Abstract: First, the span of absolute judgment and the span of immediate memory impose severe limitations on the amount of information that we are able to receive, process, and remember. By organizing the stimulus input simultaneously into several dimensions and successively into a sequence or chunks, we manage to break (or at least stretch) this informational bottleneck. Second, the process of recoding is a very important one in human psychology and deserves much more explicit attention than it has received. In particular, the kind of linguistic recoding that people do seems to me to be the very lifeblood of the thought processes. Recoding procedures are a constant concern to clinicians, social psychologists, linguists, and anthropologists and yet, probably because recoding is less accessible to experimental manipulation than nonsense syllables or T mazes, the traditional experimental psychologist has contributed little or nothing to their analysis. Nevertheless, experimental techniques can be used, methods of recoding can be specified, behavioral indicants can be found. And I anticipate that we will find a very orderly set of relations describing what now seems an uncharted wilderness of individual differences. Third, the concepts and measures provided by the theory of information provide a quantitative way of getting at some of these questions. The theory provides us with a yardstick for calibrating our stimulus materials and for measuring the performance of our subjects. In the interests of communication I have suppressed the technical details of information measurement and have tried to express the ideas in more familiar terms; I hope this paraphrase will not lead you to think they are not useful in research. Informational concepts have already proved valuable in the study of discrimination and of language; they promise a great deal in the study of learning and memory; and it has even been proposed that they can be useful in the study of concept formation. A lot of questions that seemed fruitless twenty or thirty years ago may now be worth another look. In fact, I feel that my story here must stop just as it begins to get really interesting. And finally, what about the magical number seven? What about the seven wonders of the world, the seven seas, the seven deadly sins, the seven daughters of Atlas in the Pleiades, the seven ages of man, the seven levels of hell, the seven primary colors, the seven notes of the musical scale, and the seven days of the week? What about the seven-point rating scale, the seven categories for absolute judgment, the seven objects in the span of attention, and the seven digits in the span of immediate memory? For the present I propose to withhold judgment. Perhaps there is something deep and profound behind all these sevens, something just calling out for us to discover it. But I suspect that it is only a pernicious, Pythagorean coincidence.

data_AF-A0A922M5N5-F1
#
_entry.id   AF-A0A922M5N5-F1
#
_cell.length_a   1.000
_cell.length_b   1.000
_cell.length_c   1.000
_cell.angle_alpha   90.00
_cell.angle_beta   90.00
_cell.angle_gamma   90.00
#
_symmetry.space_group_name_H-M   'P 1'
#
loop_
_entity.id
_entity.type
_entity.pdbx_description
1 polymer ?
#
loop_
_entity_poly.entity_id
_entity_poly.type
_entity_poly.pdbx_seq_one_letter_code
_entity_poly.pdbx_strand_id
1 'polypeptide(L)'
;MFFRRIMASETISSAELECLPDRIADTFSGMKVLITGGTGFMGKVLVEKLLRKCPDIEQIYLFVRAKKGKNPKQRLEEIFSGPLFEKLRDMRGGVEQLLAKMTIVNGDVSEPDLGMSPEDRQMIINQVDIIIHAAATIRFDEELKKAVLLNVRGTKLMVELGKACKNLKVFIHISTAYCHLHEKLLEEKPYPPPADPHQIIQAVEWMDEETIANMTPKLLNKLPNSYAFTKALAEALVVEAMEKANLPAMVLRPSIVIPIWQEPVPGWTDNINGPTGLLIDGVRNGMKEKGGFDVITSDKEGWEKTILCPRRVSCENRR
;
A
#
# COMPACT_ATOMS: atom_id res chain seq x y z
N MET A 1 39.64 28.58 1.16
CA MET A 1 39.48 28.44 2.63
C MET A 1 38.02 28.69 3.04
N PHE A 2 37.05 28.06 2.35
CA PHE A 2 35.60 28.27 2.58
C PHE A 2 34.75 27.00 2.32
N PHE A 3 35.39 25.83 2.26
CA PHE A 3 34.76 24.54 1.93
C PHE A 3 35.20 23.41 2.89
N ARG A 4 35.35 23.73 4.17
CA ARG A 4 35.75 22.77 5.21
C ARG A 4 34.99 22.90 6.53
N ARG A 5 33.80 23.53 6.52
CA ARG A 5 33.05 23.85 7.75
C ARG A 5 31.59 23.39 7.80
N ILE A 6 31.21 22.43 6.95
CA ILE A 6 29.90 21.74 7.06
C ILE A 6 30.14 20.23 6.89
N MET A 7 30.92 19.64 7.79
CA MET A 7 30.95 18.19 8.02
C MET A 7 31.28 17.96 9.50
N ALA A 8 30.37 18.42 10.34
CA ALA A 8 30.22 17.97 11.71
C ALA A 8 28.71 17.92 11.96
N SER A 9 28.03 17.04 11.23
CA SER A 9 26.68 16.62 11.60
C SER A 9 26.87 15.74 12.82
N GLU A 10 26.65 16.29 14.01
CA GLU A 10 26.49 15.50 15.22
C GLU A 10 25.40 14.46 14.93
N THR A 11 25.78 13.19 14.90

19,835 citations

Book
01 Jan 1916
TL;DR: Dewey's "Common Sense" as mentioned in this paper explores the nature of knowledge and learning as well as formal education's place, purpose, and process within a democratic society, and it continues to influence contemporary educational thought.